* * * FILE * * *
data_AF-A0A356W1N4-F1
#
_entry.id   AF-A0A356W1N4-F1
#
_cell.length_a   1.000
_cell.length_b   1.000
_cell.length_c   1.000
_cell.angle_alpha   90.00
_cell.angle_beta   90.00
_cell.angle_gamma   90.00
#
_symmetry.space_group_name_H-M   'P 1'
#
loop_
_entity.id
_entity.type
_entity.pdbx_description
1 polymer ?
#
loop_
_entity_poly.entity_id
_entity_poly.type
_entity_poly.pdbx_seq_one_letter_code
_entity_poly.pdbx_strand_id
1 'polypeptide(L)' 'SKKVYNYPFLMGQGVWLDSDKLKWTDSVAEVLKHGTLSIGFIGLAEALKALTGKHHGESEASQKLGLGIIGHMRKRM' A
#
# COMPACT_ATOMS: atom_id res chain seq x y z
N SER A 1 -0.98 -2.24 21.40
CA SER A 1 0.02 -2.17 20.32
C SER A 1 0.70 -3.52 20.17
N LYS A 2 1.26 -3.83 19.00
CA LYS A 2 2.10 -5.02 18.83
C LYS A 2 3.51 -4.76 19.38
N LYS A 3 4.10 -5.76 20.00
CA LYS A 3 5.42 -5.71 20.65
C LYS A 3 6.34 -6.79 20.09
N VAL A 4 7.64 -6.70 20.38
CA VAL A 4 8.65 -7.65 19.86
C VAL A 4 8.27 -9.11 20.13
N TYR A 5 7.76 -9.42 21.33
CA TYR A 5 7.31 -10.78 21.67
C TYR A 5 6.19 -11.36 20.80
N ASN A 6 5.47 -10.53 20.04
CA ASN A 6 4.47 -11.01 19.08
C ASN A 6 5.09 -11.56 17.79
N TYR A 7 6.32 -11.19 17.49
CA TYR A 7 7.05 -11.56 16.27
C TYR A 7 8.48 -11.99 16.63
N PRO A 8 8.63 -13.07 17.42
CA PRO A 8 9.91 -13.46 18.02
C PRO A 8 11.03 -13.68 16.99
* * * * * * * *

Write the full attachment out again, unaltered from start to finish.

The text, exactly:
data_AF-A0A356W1N4-F1
#
_entry.id   AF-A0A356W1N4-F1
#
_cell.length_a   1.000
_cell.length_b   1.000
_cell.length_c   1.000
_cell.angle_alpha   90.00
_cell.angle_beta   90.00
_cell.angle_gamma   90.00
#
_symmetry.space_group_name_H-M   'P 1'
#
loop_
_entity.id
_entity.type
_entity.pdbx_description
1 polymer ?
#
loop_
_entity_poly.entity_id
_entity_poly.type
_entity_poly.pdbx_seq_one_letter_code
_entity_poly.pdbx_strand_id
1 'polypeptide(L)' 'SKKVYNYPFLMGQGVWLDSDKLKWTDSVAEVLKHGTLSIGFIGLAEALKALTGKHHGESEASQKLGLGIIGHMRKRM' A
#
# COMPACT_ATOMS: atom_id res chain seq x y z
N SER A 1 -0.98 -2.24 21.40
CA SER A 1 0.02 -2.17 20.32
C SER A 1 0.70 -3.52 20.17
N LYS A 2 1.26 -3.83 19.00
CA LYS A 2 2.10 -5.02 18.83
C LYS A 2 3.51 -4.76 19.38
N LYS A 3 4.10 -5.76 20.00
CA LYS A 3 5.42 -5.71 20.65
C LYS A 3 6.34 -6.79 20.09
N VAL A 4 7.64 -6.70 20.38
CA VAL A 4 8.65 -7.65 19.86
C VAL A 4 8.27 -9.11 20.13
N TYR A 5 7.76 -9.42 21.33
CA TYR A 5 7.31 -10.78 21.67
C TYR A 5 6.19 -11.36 20.80
N ASN A 6 5.47 -10.53 20.04
CA ASN A 6 4.47 -11.01 19.08
C ASN A 6 5.09 -11.56 17.79
N TYR A 7 6.32 -11.19 17.49
CA TYR A 7 7.05 -11.56 16.27
C TYR A 7 8.48 -11.99 16.63
N PRO A 8 8.63 -13.07 17.42
CA PRO A 8 9.91 -13.46 18.02
C PRO A 8 11.03 -13.68 16.99